How do we truly know ourselves? At what moment do we realize that we are our best advocate for what we want in life and what makes one person know, and another person a little lost at times? At the root of all of the impactful changes in my life thus far lives a profound moment when I decided to truly listen to myself. To do that, you have to know who you are, and what is important to you. Ultimately, what we want out of life is true self-efficacy, to believe in one’s ability to succeed. This is connected to everything, especially our desire to be part of special or impactful things such as our learning communities. It is through our experiences, failures and resilience, regardless of the topic or situation that feeds our self-awareness and self-love, but it all begins when we start listening to our own voice. Change that matters is never accomplished in isolation, but it certainly begins when we start listening to ourselves.
If we believe that we need that for ourselves in order to have a full life then we should be asking ourselves how we are nurturing this for learners, and not only for learners, but for everyone in our learning communities. Stakeholder voice should be at the center of everything we do if we want to produce vibrant learner agents that will feed our society for the greater good. However, in order for them to step up to that challenge, they too must first know their own voice.
No one has all of the answers with how to build a learning community grounded in vision, culture and transparency, but we do know that voice is at the center of all of those things too. What are some ways we can build and use stakeholder voice to drive decision-making so that we are practicing listening to ourselves and each other? How might we model this for our learners and nurture it in them as well?
Here are four strategies that Kenowa Hills Public Schools uses to practice collecting stakeholder voice to drive decision-making:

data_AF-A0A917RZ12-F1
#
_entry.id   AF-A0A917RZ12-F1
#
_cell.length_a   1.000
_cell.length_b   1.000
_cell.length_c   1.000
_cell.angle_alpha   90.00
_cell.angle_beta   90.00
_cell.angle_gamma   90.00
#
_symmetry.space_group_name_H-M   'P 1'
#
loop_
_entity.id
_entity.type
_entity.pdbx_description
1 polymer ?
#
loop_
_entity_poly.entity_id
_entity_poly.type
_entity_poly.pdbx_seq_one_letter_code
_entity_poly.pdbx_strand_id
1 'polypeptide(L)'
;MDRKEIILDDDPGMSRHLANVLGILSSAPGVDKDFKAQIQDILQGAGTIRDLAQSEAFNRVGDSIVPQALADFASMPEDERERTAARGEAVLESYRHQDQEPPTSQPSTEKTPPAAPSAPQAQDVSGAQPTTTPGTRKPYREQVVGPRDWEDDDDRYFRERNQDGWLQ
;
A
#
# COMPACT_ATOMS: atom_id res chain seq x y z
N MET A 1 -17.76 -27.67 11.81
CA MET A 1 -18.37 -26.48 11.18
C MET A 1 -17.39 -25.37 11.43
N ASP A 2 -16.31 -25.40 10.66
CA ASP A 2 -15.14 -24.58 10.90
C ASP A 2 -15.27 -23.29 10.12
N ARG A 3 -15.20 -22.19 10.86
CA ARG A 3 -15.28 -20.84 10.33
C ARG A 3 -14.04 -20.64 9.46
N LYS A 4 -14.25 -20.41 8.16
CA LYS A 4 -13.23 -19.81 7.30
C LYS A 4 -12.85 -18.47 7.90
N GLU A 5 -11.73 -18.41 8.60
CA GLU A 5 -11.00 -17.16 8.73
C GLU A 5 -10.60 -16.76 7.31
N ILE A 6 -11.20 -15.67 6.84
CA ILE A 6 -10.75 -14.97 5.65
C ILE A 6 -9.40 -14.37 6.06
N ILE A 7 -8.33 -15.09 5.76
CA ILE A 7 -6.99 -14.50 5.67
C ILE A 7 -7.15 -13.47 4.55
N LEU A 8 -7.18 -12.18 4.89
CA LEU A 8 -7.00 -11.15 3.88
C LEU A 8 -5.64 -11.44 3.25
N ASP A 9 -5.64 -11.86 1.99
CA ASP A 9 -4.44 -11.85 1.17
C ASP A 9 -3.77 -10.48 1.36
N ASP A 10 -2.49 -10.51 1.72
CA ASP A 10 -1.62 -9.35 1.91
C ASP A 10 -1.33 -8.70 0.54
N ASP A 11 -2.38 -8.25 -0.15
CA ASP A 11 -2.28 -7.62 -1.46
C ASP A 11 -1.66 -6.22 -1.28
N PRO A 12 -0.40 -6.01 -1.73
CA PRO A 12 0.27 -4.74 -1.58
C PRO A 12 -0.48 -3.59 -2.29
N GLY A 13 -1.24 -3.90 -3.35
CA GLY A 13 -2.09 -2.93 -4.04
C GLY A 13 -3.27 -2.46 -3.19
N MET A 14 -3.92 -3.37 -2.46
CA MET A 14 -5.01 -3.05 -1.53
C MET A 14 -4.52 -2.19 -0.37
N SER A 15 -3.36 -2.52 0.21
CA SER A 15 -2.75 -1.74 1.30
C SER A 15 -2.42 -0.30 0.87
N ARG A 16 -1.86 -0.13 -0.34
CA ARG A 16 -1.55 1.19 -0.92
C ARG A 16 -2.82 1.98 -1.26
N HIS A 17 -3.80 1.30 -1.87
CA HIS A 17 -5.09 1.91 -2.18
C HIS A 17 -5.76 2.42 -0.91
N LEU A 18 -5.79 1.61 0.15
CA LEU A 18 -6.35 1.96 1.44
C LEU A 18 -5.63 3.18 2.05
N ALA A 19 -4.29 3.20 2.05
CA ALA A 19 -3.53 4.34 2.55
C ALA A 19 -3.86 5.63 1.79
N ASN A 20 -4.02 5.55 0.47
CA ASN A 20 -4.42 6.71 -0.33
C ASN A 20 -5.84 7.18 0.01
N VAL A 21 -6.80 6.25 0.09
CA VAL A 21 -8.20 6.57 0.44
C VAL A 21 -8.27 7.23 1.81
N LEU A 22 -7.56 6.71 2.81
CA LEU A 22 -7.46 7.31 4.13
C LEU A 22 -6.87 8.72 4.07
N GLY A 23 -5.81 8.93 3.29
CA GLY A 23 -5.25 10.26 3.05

- Design a decision-making process that is used at all sites
- One of the key leverage actions to becoming a system is to design a decision-making process, and then to put it into action. An essential element of that decision-making process must be the inclusion of stakeholder voice. Once you design the procedure, you put it into practice and continuously improve over time.
- Using student voice in the classroom to drive instruction and environment
- High School students are teaching the literature class for the last hour and leading class discussions. To help make this successful, prior to leading the class, the students have a pre-meeting with the teacher to review the rubric for the assignment. From there, they have to decide how they are going to present the material and engage their classmates.
- When looking to improve the classroom libraries, teachers used student recommendations to expand and improve the books and tools made available.
- Using stakeholder voice for input in policies and procedures
- In order to develop the cell phone policy for the 2018-1029 school year, Kenowa Hills High School formed a committee that consisted of three parents, thirteen students and three teachers. The committee met two times to form the policy.
- Using surveys to collect input to drive impactful decisions
- Many organizations use surveys to collect input and feedback from the various stakeholder groups. As Kenowa Hills learns more and more about practices for collecting voice, and then how to use it effectively, they have started being more focused on the overall process rather than being prescriptive. One example is giving teachers input to determine the performance levels relative to growth (student achievement data) in terms of teacher evaluations.
- Due to previous feedback, they have also created a stakeholder voice team dedicated to ensuring a variety of voices from all levels of the organization are used in the decision-making process.